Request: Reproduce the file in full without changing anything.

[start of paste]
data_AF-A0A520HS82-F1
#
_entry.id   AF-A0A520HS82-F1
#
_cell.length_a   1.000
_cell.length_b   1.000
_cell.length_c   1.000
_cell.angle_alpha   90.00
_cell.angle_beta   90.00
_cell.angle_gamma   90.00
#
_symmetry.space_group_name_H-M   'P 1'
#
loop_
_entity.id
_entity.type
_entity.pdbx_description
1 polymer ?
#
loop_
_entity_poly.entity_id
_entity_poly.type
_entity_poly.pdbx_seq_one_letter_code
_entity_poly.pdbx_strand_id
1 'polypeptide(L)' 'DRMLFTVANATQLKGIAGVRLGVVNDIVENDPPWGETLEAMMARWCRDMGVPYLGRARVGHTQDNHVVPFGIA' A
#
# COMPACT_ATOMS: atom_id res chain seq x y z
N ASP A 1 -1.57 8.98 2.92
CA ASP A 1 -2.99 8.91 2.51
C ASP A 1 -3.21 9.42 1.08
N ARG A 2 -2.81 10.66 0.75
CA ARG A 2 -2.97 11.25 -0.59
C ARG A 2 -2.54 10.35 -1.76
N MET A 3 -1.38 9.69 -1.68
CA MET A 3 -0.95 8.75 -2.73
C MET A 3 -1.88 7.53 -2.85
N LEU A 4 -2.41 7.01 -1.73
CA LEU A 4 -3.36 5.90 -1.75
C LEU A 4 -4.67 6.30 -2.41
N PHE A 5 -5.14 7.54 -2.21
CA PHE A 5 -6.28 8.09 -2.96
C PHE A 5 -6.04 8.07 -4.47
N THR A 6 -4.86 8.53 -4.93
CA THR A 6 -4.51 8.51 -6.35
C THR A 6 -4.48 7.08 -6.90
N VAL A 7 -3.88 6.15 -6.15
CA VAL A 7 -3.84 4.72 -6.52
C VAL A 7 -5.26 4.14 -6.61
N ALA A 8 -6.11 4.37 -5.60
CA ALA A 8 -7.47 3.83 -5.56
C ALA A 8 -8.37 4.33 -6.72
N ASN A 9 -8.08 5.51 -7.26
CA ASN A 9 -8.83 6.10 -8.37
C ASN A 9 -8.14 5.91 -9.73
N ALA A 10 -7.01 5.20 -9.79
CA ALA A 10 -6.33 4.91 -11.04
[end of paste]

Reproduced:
data_AF-A0A520HS82-F1
#
_entry.id   AF-A0A520HS82-F1
#
_cell.length_a   1.000
_cell.length_b   1.000
_cell.length_c   1.000
_cell.angle_alpha   90.00
_cell.angle_beta   90.00
_cell.angle_gamma   90.00
#
_symmetry.space_group_name_H-M   'P 1'
#
loop_
_entity.id
_entity.type
_entity.pdbx_description
1 polymer ?
#
loop_
_entity_poly.entity_id
_entity_poly.type
_entity_poly.pdbx_seq_one_letter_code
_entity_poly.pdbx_strand_id
1 'polypeptide(L)' 'DRMLFTVANATQLKGIAGVRLGVVNDIVENDPPWGETLEAMMARWCRDMGVPYLGRARVGHTQDNHVVPFGIA' A
#
# COMPACT_ATOMS: atom_id res chain seq x y z
N ASP A 1 -1.57 8.98 2.92
CA ASP A 1 -2.99 8.91 2.51
C ASP A 1 -3.21 9.42 1.08
N ARG A 2 -2.81 10.66 0.75
CA ARG A 2 -2.97 11.25 -0.59
C ARG A 2 -2.54 10.35 -1.76
N MET A 3 -1.38 9.69 -1.68
CA MET A 3 -0.95 8.75 -2.73
C MET A 3 -1.88 7.53 -2.85
N LEU A 4 -2.41 7.01 -1.73
CA LEU A 4 -3.36 5.90 -1.75
C LEU A 4 -4.67 6.30 -2.41
N PHE A 5 -5.14 7.54 -2.21
CA PHE A 5 -6.28 8.09 -2.96
C PHE A 5 -6.04 8.07 -4.47
N THR A 6 -4.86 8.53 -4.93
CA THR A 6 -4.51 8.51 -6.35
C THR A 6 -4.48 7.08 -6.90
N VAL A 7 -3.88 6.15 -6.15
CA VAL A 7 -3.84 4.72 -6.52
C VAL A 7 -5.26 4.14 -6.61
N ALA A 8 -6.11 4.37 -5.60
CA ALA A 8 -7.47 3.83 -5.56
C ALA A 8 -8.37 4.33 -6.72
N ASN A 9 -8.08 5.51 -7.26
CA ASN A 9 -8.83 6.10 -8.37
C ASN A 9 -8.14 5.91 -9.73
N ALA A 10 -7.01 5.20 -9.79
CA ALA A 10 -6.33 4.91 -11.04